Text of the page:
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Goldman in the Dock

| Craig Pirrong |

I have several reactions to the SEC’s fraud complaint against Goldman.

First, some of the more sensationalist reporting emphasizes that Goldman was short the RMBS structures that it was selling to its customers. (Yeah, it’s the NYT, basing its opinion on reporting by Wretched Gretchen Morgenson, so take it for what it’s worth–meaning not much.) Well, that’s true, but Goldman was also long.  After all, it was the counterparty, the protection seller, to Paulson’s CDS.  It then entered into offsetting transactions. Goldman was essentially a conduit of risk between other financial firms and Paulson. Note paragraph 66 of the complaint, which indicates that Goldman paid most of the $840 million it received on short positions in the  Abacus deals to Paulson. Goldman claimed in its response to the government’s Wells Notice that it was actually long because it retained a slice of the risk; the protection it sold to Paulson was for a larger portion of the potential losses than covered by the protection it bought from ACA Capital.   (more…)

19 April 2010 at 9:12 pm Leave a comment

Why the Movie Industry Doesn’t Like “Trading Places” as a Reality Show

| Craig Pirrong |

The most recent derivatives/speculation kerfuffle involves something novel — futures contracts on movie box office receipts. Two entities, Cantor Fitzgerald and Movie Derivatives, Inc. have announced plans to introduce such contracts. The film industry is in a tizzy at the prospect, and has enlisted the help of the usual anti-speculation suspects on Capitol Hill.

The virulence of the reaction is interesting, and deserves explanation. Here’s my initial stab at the problem. (more…)

9 April 2010 at 9:10 pm 4 comments

The Chris Dodd Strangle Entrepreneurship Act, or, Where’s Creative Destruction When You Need It?

| Craig Pirrong |

Back in January, Tool Time star Tom Friedman lamented that Mr. Cool had turned his back on the “amazing, young, Internet-enabled, grass-roots movement he mobilized to get elected.” Friedman all but begged Obama to spur entrepreneurship and innovation:

Obama should launch his own moon shot. What the country needs most now is not more government stimulus, but more stimulation. We need to get millions of American kids, not just the geniuses, excited about innovation and entrepreneurship again. We need to make 2010 what Obama should have made 2009: the year of innovation, the year of making our pie bigger, the year of “Start-Up America.”

How’s that working out for you, Tom? With all the taxes on capital in the health care law, and the implicit tax on business expansion in the law (e.g., insurance mandates on companies with more than 50 employees), and all the taxes to come (there are murmurs of a VAT), it is becoming the year of Shut-Down America. The whole Obama program is poison to entrepreneurship.

And that’s just the start. Dodd’s banking bill explicitly targets startups:

Dodd’s bill would require startups raising funding to register with the Securities and Exchange Commission, and then wait 120 days for the S.E.C. to review their filing. A second provision raises the wealth requirements for an “accredited investor” who can invest in startups — if the bill passes, investors would need assets of more than $2.3 million (up from $1 million) or income of more than $450,000 (up from $250,000). The third restriction removes the federal pre-emption allowing angel and venture financing in the United States to follow federal regulations, rather than face different rules between states.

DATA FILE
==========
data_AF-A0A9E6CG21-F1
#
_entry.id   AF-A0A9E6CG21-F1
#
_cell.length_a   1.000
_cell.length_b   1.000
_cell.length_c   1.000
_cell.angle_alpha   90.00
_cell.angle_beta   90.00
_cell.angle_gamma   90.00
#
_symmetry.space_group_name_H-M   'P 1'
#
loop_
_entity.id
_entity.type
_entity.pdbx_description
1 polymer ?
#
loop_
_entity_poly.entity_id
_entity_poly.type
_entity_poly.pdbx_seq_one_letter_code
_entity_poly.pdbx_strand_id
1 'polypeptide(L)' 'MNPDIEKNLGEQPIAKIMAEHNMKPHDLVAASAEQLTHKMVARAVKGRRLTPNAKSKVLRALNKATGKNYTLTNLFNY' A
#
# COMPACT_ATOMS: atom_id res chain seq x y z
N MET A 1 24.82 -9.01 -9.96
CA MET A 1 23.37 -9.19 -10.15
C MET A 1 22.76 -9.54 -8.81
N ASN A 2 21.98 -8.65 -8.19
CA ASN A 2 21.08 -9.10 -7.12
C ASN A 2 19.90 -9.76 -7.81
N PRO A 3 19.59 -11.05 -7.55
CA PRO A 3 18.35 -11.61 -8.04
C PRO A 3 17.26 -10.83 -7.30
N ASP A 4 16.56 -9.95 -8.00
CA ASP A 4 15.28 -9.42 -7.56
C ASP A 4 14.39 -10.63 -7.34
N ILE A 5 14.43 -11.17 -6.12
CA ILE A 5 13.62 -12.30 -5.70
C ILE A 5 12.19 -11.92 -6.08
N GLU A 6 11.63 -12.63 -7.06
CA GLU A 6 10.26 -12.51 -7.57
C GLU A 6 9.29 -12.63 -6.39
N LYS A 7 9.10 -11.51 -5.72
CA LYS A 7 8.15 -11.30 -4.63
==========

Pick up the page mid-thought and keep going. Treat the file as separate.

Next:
And just what are the apparatchiks in the SEC going to do in that 120 days? Just what knowledge and expertise can they bring to bear in evaluating the funding plans? The question answers itself; this adds costs and delay, for no perceivable benefit. And what reason is there to restrict the free flow of capital from consenting adults with over $1mm to startups? (more…)

5 April 2010 at 8:40 pm 2 comments

Price Level Shocks, uhm, Screwed Up Relative Prices, and Organization

| Craig Pirrong |

Peter’s post on the relation between inflation, vertical integration, and markets brings a couple of other thoughts to mind.

First, and most importantly, the number and characteristics of markets are endogenous too, and respond to changes in the amount of uncertainty in the environment, including the amount of uncertainty resulting from monetary shocks that (in Sherwin Rosen’s unforgettable in-class phrase) “f*ck up relative prices.” In particular, the number and variety of futures markets depends on the amount of uncertainty. The big boom in the creation of futures markets in the 1970s corresponds with, and was arguably caused by, the coincident inflation of that period, and the associated volatility in relative prices.

Second, although Peter’s point, and previous research, focuses on the implications of inflation on organizational choices and market vs. firm choices, in the current environment it is worthwhile pondering the implications of deflation. Certainly we have more research on the effect of inflation on the variability of relative prices due to our more recent inflationary experiences, and this was a major source of concern about inflation among Austrians, but the current situation makes it worthwhile to consider the effects of deflation on the pricing system, and firms’ responses to that.

Perhaps an examination of Japanese experience since 1990 would be worth some in-depth analysis.

Personally I am torn as to whether inflation or deflation is the greater risk in the near to medium term. The huge monetary overhang in the US and around the world (resulting from quantitative easing and other extraordinary monetary policies), and the inability of the Fed to commit credibly to drain reserves from the system when money demand picks up make me believe that it will be hard to avoid a burst of inflation. But all current indicators point to flat or declining prices.